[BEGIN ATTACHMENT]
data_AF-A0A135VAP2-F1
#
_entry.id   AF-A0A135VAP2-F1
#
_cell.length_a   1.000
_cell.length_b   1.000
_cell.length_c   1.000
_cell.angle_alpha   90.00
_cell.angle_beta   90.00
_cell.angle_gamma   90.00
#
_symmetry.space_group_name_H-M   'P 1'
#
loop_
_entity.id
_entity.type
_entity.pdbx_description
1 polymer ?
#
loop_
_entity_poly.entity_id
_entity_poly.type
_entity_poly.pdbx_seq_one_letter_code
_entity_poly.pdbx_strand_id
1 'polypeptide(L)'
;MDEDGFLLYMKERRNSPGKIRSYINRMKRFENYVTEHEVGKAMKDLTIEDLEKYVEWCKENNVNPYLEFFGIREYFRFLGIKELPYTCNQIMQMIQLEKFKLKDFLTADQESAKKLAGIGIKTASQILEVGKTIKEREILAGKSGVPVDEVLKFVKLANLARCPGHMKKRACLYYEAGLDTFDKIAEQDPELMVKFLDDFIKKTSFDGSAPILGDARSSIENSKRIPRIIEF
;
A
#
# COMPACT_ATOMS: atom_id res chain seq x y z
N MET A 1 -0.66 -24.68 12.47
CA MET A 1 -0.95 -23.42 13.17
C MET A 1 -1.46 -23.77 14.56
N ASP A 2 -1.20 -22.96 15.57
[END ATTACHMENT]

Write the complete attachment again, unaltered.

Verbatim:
data_AF-A0A135VAP2-F1
#
_entry.id   AF-A0A135VAP2-F1
#
_cell.length_a   1.000
_cell.length_b   1.000
_cell.length_c   1.000
_cell.angle_alpha   90.00
_cell.angle_beta   90.00
_cell.angle_gamma   90.00
#
_symmetry.space_group_name_H-M   'P 1'
#
loop_
_entity.id
_entity.type
_entity.pdbx_description
1 polymer ?
#
loop_
_entity_poly.entity_id
_entity_poly.type
_entity_poly.pdbx_seq_one_letter_code
_entity_poly.pdbx_strand_id
1 'polypeptide(L)'
;MDEDGFLLYMKERRNSPGKIRSYINRMKRFENYVTEHEVGKAMKDLTIEDLEKYVEWCKENNVNPYLEFFGIREYFRFLGIKELPYTCNQIMQMIQLEKFKLKDFLTADQESAKKLAGIGIKTASQILEVGKTIKEREILAGKSGVPVDEVLKFVKLANLARCPGHMKKRACLYYEAGLDTFDKIAEQDPELMVKFLDDFIKKTSFDGSAPILGDARSSIENSKRIPRIIEF
;
A
#
# COMPACT_ATOMS: atom_id res chain seq x y z
N MET A 1 -0.66 -24.68 12.47
CA MET A 1 -0.95 -23.42 13.17
C MET A 1 -1.46 -23.77 14.56
N ASP A 2 -1.20 -22.96 15.57